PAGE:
Crazy D.E. Shaw phone interview question -- Help!

I had a first round phone interview for a quant trader position with D.E. Shaw today, and got stumped on what seems like a pretty simple probability question (see below). Do any of you know how to figure it out? I think it deals with combinations.

There are n socks in a closet, and 3 of them are purple. What is the value of n such that when 2 socks are taken randomly from the drawer, the probability that they are both red is 0.5?

Comments (25)

Mar 1, 2011

Not certain but I think it's n = 11 total (assuming the 8 non-purple ones are all red) - though this answer does not come out with a clean 0.5 probability, the probability for my answer is actually .5090

There's an 8/11 probability of picking a red one on your first grab, and a 7/10 probability of picking a red one on your second draw. = 8/11 * 7/10 = .5090

To find the solution, I used combinations as you suggested with the numerator being: Combination (n - 3, 2)
Choose 2 out of the total number of red socks = total socks - purple socks = n - 3
and the denominator being: Combination (n, 2)
Choose 2 out of the total number of socks = n

Combin (n - 3, 2) / Combin (n, 2) = approx .5

For my choice of n I just did an iteration of integers upwards from 5 till I got in the ballpark.

Once again, I'm not sure if it's right since it's not exactly .5 but let me know your thoughts.

Mar 1, 2011

Answer is 4

3/ N * 2/ (N-1) = 0.5

Solve for that and you get 4

3/4 - first sock
2/3 - second sock

= 0.5

    • 1
Mar 1, 2011

Wait, did he want to know the probability of getting a purple sock or a red sock?

Mar 1, 2011

Actually you're right. I totally misread the question.

I guess the answer would be about 11

(N-3)/N * (N-4)/(N-1) = 0.5

    • 2
Mar 1, 2011

So, like all math questions we need to break it down.
Are the variables independent are dependent(you should have asked this), I'm going to guess dependent. You also should have asked are there any other colors.

We are trying to solve for N which is the total number of socks in the closet

So, how many red socks are in the drawer? Well we know that 3 out of N are are purple so N -3 can't be purple.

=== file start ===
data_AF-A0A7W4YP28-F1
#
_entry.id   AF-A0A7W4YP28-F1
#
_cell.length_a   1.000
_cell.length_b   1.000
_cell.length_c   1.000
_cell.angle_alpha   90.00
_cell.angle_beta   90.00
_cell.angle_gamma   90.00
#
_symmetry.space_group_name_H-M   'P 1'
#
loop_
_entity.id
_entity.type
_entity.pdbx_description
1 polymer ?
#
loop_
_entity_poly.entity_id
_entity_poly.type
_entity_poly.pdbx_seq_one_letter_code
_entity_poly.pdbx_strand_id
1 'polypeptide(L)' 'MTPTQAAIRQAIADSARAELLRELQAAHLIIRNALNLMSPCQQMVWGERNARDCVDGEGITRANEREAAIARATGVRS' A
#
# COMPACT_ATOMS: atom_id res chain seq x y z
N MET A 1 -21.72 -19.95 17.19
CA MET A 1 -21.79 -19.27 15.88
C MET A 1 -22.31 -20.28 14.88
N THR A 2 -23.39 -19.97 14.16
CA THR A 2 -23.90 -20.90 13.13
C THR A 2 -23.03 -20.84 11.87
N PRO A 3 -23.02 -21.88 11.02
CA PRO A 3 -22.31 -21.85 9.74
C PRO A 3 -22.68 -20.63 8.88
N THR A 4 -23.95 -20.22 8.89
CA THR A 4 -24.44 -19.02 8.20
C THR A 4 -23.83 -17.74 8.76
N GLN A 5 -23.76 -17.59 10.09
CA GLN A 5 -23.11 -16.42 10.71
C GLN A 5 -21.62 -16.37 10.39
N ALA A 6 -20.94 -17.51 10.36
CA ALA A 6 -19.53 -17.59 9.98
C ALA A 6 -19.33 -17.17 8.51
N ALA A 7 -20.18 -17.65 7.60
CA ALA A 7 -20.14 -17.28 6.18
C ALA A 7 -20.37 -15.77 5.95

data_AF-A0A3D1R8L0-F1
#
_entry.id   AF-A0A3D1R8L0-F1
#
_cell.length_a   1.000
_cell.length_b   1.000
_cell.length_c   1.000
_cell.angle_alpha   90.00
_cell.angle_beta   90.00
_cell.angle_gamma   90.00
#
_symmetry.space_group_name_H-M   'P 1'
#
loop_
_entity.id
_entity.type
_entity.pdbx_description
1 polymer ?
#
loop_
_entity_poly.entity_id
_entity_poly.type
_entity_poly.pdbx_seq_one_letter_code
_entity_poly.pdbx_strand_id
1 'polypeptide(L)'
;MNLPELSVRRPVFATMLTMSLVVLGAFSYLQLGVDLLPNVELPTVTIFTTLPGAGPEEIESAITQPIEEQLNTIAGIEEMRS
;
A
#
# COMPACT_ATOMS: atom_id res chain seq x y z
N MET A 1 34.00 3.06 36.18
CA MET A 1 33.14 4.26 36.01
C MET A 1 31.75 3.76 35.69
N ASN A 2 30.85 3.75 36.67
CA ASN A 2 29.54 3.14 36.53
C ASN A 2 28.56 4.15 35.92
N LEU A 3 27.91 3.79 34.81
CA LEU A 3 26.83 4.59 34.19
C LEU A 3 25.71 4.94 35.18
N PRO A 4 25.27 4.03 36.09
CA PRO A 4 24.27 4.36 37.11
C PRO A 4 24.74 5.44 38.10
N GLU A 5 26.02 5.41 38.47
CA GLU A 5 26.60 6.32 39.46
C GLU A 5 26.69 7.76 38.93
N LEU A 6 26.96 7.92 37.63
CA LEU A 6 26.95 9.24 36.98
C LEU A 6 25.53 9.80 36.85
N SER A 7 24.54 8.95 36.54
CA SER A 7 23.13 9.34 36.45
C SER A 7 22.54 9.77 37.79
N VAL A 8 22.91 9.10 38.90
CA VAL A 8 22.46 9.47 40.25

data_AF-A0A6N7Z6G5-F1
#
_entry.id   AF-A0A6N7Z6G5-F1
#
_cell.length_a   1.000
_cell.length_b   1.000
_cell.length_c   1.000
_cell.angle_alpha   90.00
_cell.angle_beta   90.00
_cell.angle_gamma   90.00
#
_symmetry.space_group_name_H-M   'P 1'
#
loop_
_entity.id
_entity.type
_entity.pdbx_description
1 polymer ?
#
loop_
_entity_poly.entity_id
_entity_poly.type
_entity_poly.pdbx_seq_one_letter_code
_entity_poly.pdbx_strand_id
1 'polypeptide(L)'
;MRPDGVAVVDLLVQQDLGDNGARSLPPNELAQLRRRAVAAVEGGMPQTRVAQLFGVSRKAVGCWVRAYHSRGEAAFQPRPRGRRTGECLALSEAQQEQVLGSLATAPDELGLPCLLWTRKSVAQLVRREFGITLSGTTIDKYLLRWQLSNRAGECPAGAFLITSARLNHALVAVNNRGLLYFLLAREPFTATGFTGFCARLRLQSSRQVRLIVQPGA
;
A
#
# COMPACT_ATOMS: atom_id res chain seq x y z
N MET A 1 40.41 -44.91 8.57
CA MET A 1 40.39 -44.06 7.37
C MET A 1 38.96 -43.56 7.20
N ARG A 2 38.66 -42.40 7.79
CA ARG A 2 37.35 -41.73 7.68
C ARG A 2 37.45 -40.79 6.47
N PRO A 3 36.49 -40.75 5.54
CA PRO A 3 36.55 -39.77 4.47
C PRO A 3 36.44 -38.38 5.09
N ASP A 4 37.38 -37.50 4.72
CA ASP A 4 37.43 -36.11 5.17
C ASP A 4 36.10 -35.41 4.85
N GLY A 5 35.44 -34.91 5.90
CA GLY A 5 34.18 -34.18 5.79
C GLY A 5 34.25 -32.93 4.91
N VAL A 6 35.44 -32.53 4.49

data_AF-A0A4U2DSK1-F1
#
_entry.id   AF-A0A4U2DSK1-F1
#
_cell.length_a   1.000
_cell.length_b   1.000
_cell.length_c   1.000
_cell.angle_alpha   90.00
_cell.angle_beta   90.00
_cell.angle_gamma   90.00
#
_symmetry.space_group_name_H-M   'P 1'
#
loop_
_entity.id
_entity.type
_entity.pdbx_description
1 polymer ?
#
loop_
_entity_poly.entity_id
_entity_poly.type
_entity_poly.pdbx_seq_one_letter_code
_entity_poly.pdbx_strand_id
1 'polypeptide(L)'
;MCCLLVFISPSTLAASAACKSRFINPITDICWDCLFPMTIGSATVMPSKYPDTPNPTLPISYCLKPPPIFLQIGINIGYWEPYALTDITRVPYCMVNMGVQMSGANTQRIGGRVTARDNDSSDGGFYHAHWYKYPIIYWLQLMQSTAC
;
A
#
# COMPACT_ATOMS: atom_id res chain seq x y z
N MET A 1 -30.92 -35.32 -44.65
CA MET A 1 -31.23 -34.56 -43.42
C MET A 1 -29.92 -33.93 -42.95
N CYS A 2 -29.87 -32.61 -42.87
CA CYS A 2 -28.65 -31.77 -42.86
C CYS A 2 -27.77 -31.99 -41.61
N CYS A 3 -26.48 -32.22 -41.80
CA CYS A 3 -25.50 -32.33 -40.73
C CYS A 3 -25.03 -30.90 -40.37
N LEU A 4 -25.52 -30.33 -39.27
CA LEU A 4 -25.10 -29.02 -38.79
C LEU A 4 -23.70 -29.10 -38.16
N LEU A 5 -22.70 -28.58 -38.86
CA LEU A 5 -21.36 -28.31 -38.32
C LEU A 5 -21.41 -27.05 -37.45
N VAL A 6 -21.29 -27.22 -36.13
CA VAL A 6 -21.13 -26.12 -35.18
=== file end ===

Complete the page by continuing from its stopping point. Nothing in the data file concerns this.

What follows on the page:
Thus on the first pick the probility is P(N-3) = (N-3)/N.

Ok, so after the first pick what is remaining? Well, the amount of scoks left would be N -1, because one sock got taken off. The numerator would also have to have one more sock missing N-4 because N-3 -1 = N-4.

Thus on the second pick the probibility is P(N-4| N-3) = (N-4 )/(N-1)

Use the General Rule of Multiplication to solve this problem we have

P( N-3 and N-4) = P(N-3) * P(N-4| N-3) = (N-3)/N * (N-4)/(N-1) = (n^2 -7n +12)/n^2 = (-7n +12)/n^2 = -.5

= -7n+12 = -.5n^2 = .5n^2 - 7n +12 = 0

So, N = aprox 11

lol i made an algebra mistake some where in that long txt

    • 2
Learn More

814 questions across 165 hedge funds. 10+ Sample Pitches (Short and Long) with Template Files. The WSO Hedge Fund Interview Prep Course has everything you'll ever need to land the most coveted jobs on the buyside. Learn more.

Mar 1, 2011

wait that can't be right

Mar 2, 2011
blastoise:

wait that can't be right

Lol... that was impressive however, all the diagnostics/breaking down whatnot.

It's what you put into it

Learn More

814 questions across 165 hedge funds. 10+ Sample Pitches (Short and Long) with Template Files. The WSO Hedge Fund Interview Prep Course has everything you'll ever need to land the most coveted jobs on the buyside. Learn more.

Mar 2, 2011

you simplified the denominator to N^2 when it should be N^2-N

Mar 2, 2011

You can also think about it another way:

The number of possible dual red combinations assuming only red and purple socks and R as number of red socks-
(R)(R-1)/2

The number of total combinations of socks with T as total number of socks should be-
(T)(T-1)/2

Since you know that T=R+3 and the probability of dual red is .5, all you need to do is put it together.

((R)(R-1)/2) / ((T)(T-1)/2) = .5
->
(R)(R-1) / (R+3)(R-2) = .5
->
R^2-7n-6=0
->
R~8
T~11

Mar 2, 2011

Instead of having of having to do the quadratic u could just guess and check. Since .7 squared is.49 u know that the two fractions have to b around there. Obviously the odds of the first sock being red is higher thN the second so were looking for a fraction just larger than 7/10...so u guess 8/11and then it checks out

    • 1
Oct 11, 2015

....

Mar 2, 2011

Yea 11's probability should be 56/110 or 1/110 over our goal of .50

Mar 2, 2011

Assuming no replacement, the equation you're solving is:

(n-3)/n * (n-4)/(n-1) = 0.5

Rearranging, you get:

(n-3)(n-4) = 0.5n(n-1)

Foiling and multiplying by 2:

2(n^2 - 7n + 12) = n^2 - n
2n^2 - 14n + 24 = n^2 - n

Simplifying and collecting terms on one side:

n^2 -13n + 24 = 0

Apply quadratic_formula(1, -13, 24) and you get ~10.8 and ~2.2 as solutions.

    • 1
Mar 1, 2011

^^ that is correct answer i forgot how to do quadratic forumla lololol

Mar 2, 2011

if the question is right, then you can't know because you dont know how many red socks there are, just purple